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Genetic Diversity of the Rice Blast Fungus in a Disease Nursery in Colombia. Morris Levy, Associate professor, Department of Biological Sciences, Purdue University, West Lafayette, IN 47907; Fernando J. Correa-Victoria(2), Robert S. Zeigler(3), Shizong Xu(4), and John E. Hamer(5). (2)(3)Research plant pathologist and leader, Rice Program, Centro Internacional de Agricultura Tropical, Apdo Aereo 6713, Cali, Colombia; (4)(5)Postdoctoral associate, and associate professor, Department of Biological Sciences, Purdue University, West Lafayette, IN 47907, (3)Present address: International Rice Research Institute, P. O. Box 933, Manila, The Philippines; (4)Present address: Department of Genetics, North Carolina State University, Box 7614, Raleigh, NC 27695. Phytopathology 83:1427-1433. Accepted for publication 7 September 1993. Copyright 1993 The American Phytopathological Society. DOI: 10.1094/Phyto-83-1427.

We determined DNA fingerprints and pathotypes on international differentials for 151 isolates of the rice blast fungus Pyricularia grisea that were collected from 15 rice cultivars at a blast disease breeding nursery in Santa Rosa, Colombia. The pathogen population expressed an extraordinarily high number (39) of pathotypes. DNA fingerprinting, using the P. grisea repetitive DNA sequence MGR586, identified 115 haplotypes that were partitioned into six discretely distinct genetic lineages. The mean genetic similarity within lineages was high, ranging from 92 to 98%. The mean similarity between lineages ranged from 37 to 85%. Each lineage was associated with a specific subset of cultivars and expressed a generally nonoverlapping subset of pathotypes. Typically, the pathotypes within a lineage had a closely related infection spectrum, differing by single compatibility differences on a particular subset of the international differentials. The cultivar and pathotype associations indicated that the lineages express historically divergent virulence spectra. MGR-DNA fingerprint analysis also deciphered the lineage associations of 31 isolates whose pathotypes could not be scored, i.e., the isolates were avirulent on all international differentials. MGR-DNA fingerprint analysis provides the genealogical framework for evaluating pathogen variation that is essential for understanding disease epidemiology and pathotype evolution. This kind of analysis may be particularly useful for selecting germ plasm sources for more durable blast-resistance breeding.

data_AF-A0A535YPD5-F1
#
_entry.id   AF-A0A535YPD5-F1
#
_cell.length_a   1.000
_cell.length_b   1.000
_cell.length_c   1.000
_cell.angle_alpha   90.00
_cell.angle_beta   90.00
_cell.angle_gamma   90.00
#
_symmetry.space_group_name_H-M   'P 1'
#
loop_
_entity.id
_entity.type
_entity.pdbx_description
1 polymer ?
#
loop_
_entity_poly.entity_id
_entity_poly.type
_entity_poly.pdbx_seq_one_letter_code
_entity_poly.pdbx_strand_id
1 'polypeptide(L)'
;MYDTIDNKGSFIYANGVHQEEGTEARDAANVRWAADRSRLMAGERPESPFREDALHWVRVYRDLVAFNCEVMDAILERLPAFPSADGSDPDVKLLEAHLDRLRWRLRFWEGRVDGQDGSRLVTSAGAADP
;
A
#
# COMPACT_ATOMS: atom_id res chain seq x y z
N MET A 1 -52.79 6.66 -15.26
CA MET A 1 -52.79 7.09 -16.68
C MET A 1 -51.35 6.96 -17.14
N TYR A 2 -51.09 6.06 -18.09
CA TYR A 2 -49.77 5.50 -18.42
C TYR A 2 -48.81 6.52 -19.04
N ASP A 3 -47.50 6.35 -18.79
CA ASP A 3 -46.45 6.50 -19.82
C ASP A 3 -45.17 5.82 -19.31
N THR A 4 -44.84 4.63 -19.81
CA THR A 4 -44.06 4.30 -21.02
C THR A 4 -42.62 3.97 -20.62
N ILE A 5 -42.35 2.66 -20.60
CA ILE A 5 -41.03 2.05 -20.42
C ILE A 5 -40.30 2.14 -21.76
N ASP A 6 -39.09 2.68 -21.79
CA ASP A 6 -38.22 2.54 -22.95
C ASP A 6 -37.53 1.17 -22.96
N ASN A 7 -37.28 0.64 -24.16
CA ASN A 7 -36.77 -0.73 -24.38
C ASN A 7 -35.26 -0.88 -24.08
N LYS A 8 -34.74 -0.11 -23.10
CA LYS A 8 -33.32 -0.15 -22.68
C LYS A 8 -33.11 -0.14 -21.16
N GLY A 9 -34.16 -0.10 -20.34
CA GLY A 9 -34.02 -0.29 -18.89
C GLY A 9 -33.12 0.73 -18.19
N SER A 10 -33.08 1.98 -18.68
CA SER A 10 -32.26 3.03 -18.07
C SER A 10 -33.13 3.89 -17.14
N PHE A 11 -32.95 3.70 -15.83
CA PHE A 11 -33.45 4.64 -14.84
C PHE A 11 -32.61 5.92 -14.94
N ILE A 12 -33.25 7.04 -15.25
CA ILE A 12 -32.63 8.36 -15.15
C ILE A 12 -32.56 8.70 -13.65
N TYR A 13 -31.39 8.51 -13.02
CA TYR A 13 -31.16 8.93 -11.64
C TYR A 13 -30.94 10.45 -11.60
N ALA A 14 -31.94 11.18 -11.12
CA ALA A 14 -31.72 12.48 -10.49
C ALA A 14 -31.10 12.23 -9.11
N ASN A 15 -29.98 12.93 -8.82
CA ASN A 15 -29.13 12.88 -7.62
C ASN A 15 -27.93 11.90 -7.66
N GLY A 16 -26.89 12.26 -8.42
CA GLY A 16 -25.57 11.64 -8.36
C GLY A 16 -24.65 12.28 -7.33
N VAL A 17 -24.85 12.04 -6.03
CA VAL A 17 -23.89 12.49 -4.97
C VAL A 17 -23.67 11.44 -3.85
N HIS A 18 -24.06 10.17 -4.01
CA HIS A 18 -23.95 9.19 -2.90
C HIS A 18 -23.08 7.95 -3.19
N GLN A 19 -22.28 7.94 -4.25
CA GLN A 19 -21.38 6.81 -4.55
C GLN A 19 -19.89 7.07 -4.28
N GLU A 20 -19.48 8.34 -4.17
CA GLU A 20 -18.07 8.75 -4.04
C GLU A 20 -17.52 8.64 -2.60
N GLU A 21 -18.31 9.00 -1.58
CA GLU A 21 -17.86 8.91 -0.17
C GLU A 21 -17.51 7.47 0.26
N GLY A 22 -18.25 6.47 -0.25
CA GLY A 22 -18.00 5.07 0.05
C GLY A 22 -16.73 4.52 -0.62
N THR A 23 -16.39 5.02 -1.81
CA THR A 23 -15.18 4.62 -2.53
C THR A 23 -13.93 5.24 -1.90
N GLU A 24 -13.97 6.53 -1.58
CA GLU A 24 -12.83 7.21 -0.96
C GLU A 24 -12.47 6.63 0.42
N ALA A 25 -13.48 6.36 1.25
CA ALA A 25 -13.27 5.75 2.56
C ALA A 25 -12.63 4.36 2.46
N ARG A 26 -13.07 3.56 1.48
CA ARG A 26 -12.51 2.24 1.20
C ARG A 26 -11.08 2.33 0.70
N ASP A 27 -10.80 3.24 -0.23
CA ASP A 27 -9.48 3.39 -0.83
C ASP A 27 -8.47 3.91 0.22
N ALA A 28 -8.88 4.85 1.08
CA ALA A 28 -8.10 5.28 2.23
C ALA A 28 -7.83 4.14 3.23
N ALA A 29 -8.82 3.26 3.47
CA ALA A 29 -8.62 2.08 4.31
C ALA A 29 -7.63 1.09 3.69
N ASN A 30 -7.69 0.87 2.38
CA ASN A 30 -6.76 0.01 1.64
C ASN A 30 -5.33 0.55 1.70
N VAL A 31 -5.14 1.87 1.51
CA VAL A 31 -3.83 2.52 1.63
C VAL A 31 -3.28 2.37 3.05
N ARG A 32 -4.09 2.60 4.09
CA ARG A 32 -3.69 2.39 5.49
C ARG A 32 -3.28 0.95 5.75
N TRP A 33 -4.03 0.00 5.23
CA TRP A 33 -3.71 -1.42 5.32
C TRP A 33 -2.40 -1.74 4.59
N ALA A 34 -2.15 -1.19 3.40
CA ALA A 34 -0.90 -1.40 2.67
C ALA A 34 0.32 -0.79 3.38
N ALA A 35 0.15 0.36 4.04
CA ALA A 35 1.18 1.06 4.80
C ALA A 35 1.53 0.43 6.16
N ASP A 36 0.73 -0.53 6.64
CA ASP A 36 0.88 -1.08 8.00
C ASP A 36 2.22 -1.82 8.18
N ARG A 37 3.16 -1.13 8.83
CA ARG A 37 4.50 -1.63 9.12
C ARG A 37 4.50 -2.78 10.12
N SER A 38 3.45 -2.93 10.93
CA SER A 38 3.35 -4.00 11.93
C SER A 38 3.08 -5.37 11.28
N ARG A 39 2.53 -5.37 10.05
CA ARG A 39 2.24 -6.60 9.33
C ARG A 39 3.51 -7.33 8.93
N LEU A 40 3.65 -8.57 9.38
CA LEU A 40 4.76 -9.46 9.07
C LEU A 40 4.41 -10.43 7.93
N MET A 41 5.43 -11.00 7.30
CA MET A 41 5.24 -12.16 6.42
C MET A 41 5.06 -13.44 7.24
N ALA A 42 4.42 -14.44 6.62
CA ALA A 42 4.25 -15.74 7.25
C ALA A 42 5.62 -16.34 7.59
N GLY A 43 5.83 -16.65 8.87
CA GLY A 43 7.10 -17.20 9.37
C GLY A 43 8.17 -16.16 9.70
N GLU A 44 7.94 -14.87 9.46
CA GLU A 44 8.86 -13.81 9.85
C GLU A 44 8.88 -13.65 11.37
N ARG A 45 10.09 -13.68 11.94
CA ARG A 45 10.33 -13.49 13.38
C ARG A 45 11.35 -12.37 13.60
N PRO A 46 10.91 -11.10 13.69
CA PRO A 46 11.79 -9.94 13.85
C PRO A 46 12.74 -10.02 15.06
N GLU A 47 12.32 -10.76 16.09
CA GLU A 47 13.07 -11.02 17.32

Additional keywords: disease resistance, Magnaporthe.